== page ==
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ICAC recommends reforms to Part 3A of the NSW Planning legislation

Monday 13 December 2010

The Independent Commission Against Corruption (ICAC) recommends that the NSW Minister for Planning refer private sector applications under Part 3A of the Environmental Planning and Assessment Act 1979, which exceed development standards by more than 25%, to an independent quasi-judicial body for determination.

The Commission recommends that this role be assumed by the Planning Assessment Commission (PAC). In view of the important functions the PAC would assume, the Commission makes recommendations to strengthen its independence and to ensure that it is composed of appropriate persons, on a full-time basis but with a limited tenure.

The Commission's report, The exercise of discretion under Part 3A of the Environmental Planning and Assessment Act 1979 and the State Environmental Planning Policy (Major Development) 2005, released today, makes altogether 20 recommendations to more effectively manage and mitigate potential corruption risks in the Part 3A process.

Commencing in 2005, Part 3A consolidates the different assessment and approval regimes for "major" projects in NSW determined by the Minister for Planning. The State Environmental Planning Policy (Major Development) 2005 (the MD SEPP) identifies several classes of Part 3A projects including significant private developments (for example, residential flats and commercial developments), and public sector infrastructure projects (for example, desalination plants and pipelines).

The ICAC recognises that it is appropriate that in many of these classes the Part 3A discretion should continue to be vested in the Minister. Nevertheless, in other situations there is a risk that perception may arise of corrupt influences playing a part in the Part 3A decision-making process. The key issue is the adequacy of safeguards when such Part 3A discretions are exercised. The need for adequacy of safeguards applies to elected or unelected officials at every level of government.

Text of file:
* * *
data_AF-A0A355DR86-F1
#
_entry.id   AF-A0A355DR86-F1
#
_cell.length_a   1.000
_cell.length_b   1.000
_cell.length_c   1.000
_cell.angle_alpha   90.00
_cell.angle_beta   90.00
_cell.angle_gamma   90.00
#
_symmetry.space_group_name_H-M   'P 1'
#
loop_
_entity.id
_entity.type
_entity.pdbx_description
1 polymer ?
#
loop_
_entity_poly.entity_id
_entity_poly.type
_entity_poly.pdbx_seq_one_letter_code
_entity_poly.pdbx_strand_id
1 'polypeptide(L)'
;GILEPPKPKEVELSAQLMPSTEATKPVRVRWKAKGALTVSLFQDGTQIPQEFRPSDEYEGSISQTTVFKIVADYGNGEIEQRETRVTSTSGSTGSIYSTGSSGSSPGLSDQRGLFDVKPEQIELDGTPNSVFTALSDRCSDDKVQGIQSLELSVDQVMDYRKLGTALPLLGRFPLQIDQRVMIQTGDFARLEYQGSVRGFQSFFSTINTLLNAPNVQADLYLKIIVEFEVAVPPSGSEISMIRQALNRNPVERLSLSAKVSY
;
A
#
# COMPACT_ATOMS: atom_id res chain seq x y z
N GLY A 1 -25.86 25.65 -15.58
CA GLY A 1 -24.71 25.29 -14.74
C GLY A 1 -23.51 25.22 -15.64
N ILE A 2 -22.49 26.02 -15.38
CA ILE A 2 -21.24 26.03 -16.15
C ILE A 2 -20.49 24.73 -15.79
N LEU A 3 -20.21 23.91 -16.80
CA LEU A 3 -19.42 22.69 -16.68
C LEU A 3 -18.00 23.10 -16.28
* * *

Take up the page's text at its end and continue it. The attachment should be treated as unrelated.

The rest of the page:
"The Part 3A system is characterised by a lack of published, objective criteria," the report says. "There are also various elements of Part 3A that are discretionary, particularly as regards residential and commercial development, which are prohibited or exceed existing development standards. The existence of a wide discretion to approve projects that are contrary to local plans and do not necessarily conform to state strategic plans has the potential to deliver sizable windfall gains to particular applicants. This creates a corruption risk and a community perception of a lack of appropriate boundaries."

While there are no established examples of the corrupt use or manipulation of discretion under Part 3A there is, nonetheless, considerable discretion built into Part 3A. Similar kinds of discretion have been the subject of several Commission investigations and investigations in other jurisdictions and beyond.

Under the current system, the Minister has the discretion to declare a project to be a Part 3A project by Ministerial Order. It is the loose criteria and the broad discretion that potentially give rise to perceptions of undue influence. The risk of this occurring is heightened by the Minister not being bound by the provisions of local environmental plans (and SEPPs generally, in the case of critical infrastructure projects).

To limit discretion and improve safeguards, the ICAC recommends that the NSW Government amend the EP&A Act to limit the application of Part 3A to projects that are permissible under existing planning instruments. The Commission also recommends that the PAC perform a gateway role, by way of independent scrutiny, in reviewing proposals to call in private sector projects via specific Ministerial Order.

The Commission and the NSW Department of Planning established a joint task force this year to examine whether there were corruption risks attached to Part 3A and to develop measures to address any of the identified risks. The Commission acknowledges the valuable assistance provided by the Department in participating in the task force.

However, the report has been prepared in its entirety by the Commission, and consequently its recommendations are those of the ICAC.

Full Report